- Gravis Destroyer Aftershock. Trusty joystick, nice rumble pack, fairly decent for what it does. I've used it happily for a number of years, since my cheap gameport joystick died a while back. It was the first USB device I ever owned. For a long time, I was stoically convinced that no joystick could ever be better (after all, if there was anything better, I would own it... right?).

- Saitek Cyborg Evo. This thing is beautiful. It has all kinds of nifty glowy things, and little gears and knobs and such so you can adjust it to fit the shape and position of your hand. Excellent tactile response on the springs and the buttons (although the buttons are just a hair too spongy for my tastes) and a generally really cool looking profile to boot. My only regret is that I thought I had bought the force-feedback edition, but sadly not. Such is the way of things.

Happy Juice
Happy Juice
This is another little bit of awesome. Apparently, E3 attendees were randomly selected for a market test of the new Mountain Dew MDX drink that was just released. Several months ago, I got a package in the mail with a nice silvery box in it, which contained six cans like the one you see here. The fifth, depicted, was enjoyed last night. I'm keeping the last one unopened just for the heck of it, plus a couple of the regular empties.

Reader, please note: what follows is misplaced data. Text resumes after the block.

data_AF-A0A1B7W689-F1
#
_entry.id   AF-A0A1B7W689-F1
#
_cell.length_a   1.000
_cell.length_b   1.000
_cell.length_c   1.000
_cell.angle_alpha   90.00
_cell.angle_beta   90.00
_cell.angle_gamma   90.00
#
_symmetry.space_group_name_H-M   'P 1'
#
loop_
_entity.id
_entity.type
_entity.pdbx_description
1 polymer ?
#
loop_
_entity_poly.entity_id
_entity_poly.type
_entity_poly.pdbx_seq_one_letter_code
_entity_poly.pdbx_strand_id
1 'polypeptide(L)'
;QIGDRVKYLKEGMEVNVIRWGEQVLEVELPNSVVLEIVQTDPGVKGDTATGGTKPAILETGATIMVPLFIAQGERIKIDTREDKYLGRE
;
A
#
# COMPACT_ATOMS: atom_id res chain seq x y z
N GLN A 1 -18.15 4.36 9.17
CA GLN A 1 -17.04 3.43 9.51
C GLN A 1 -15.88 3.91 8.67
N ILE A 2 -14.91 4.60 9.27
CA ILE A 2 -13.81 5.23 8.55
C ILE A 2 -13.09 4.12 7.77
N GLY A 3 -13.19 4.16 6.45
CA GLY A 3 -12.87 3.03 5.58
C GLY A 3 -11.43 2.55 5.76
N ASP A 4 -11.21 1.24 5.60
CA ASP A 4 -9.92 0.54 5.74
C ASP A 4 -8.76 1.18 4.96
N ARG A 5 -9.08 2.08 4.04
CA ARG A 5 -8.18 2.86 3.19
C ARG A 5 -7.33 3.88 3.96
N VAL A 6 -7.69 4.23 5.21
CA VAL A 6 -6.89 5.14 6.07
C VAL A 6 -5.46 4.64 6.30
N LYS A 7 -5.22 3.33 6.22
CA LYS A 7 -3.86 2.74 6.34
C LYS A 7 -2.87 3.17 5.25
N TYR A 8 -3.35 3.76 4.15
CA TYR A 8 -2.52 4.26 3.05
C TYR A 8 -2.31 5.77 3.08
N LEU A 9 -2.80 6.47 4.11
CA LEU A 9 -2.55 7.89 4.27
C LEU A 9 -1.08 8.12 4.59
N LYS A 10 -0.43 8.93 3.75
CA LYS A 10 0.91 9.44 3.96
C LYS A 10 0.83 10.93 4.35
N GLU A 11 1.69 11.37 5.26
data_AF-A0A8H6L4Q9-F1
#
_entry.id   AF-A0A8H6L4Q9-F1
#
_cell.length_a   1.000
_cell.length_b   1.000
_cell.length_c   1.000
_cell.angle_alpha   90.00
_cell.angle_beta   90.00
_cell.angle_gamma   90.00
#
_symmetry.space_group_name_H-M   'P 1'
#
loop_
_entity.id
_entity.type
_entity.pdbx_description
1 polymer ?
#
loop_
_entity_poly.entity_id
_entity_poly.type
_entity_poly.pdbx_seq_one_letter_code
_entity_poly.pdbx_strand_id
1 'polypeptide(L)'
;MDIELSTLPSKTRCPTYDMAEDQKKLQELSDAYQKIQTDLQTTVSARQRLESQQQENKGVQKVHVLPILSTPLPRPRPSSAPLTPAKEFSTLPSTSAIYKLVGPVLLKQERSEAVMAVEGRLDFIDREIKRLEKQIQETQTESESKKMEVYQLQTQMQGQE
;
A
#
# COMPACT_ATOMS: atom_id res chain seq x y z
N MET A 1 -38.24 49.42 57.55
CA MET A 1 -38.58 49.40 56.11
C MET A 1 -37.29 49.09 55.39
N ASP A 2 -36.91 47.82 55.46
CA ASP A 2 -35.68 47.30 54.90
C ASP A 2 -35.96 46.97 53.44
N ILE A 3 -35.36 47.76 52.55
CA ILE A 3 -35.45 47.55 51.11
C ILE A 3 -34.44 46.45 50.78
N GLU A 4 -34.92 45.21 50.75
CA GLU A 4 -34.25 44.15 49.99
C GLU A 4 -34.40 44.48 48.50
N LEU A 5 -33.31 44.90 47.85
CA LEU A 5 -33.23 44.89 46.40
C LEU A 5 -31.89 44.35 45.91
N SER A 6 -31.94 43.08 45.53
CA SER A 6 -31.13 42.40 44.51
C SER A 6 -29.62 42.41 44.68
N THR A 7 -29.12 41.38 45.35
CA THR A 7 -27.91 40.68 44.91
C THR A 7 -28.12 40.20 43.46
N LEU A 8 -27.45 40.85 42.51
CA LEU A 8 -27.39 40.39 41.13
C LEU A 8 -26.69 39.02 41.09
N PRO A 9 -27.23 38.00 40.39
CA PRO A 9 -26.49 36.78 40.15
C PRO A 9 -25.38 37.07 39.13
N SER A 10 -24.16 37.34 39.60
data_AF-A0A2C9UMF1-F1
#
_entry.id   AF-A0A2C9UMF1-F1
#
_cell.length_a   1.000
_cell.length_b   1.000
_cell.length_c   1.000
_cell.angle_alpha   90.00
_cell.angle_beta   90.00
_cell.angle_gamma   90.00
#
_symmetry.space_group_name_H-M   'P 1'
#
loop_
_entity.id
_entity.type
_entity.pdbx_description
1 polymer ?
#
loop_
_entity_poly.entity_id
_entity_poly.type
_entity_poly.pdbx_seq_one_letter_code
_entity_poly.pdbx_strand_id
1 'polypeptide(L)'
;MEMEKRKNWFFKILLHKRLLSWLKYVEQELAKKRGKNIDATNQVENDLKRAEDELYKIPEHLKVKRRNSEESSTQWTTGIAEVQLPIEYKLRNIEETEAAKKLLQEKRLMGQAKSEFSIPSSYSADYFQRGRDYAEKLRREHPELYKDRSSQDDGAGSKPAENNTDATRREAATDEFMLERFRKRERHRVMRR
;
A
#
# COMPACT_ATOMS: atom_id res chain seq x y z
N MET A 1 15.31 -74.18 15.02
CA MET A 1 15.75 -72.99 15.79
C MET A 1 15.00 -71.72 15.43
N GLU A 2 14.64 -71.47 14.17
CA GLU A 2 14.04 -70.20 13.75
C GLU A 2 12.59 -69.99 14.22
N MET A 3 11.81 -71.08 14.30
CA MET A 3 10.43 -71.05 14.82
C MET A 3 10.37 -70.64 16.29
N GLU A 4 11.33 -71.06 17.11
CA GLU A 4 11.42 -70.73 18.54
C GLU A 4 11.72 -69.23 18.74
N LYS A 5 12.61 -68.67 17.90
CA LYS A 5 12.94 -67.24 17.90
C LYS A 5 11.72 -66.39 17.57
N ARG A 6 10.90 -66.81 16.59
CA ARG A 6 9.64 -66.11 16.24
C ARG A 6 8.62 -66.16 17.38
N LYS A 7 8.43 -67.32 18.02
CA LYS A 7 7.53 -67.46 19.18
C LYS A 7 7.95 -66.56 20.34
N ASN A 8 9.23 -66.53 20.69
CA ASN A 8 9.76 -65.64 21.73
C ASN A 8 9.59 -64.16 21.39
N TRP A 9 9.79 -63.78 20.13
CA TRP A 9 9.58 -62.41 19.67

It's actually fairly different from the final version of MDX, which makes it that much cooler, since it's not just the same old stuff in a shiny can. Of course, the shiny can makes it that much better.

So there you have it. Now I'm done rotting your brain and assaulting your eyes. Go do something productive, like scare small children and take their candy solve world hunger.

Life, the Universe, and Everything. Or not.

Posted by , 21 November 2005 - - - - - - · 342 views

January cannot come soon enough.

I've been spending a lot of time this week sleeping and just generally goofing around with my flatmate. Our current project is to play through Final Fantasy III (which I've done, but he hasn't) and then FFVII (which he's done, but I haven't). Beer, Pizza, and old school gaming - that is how it should be.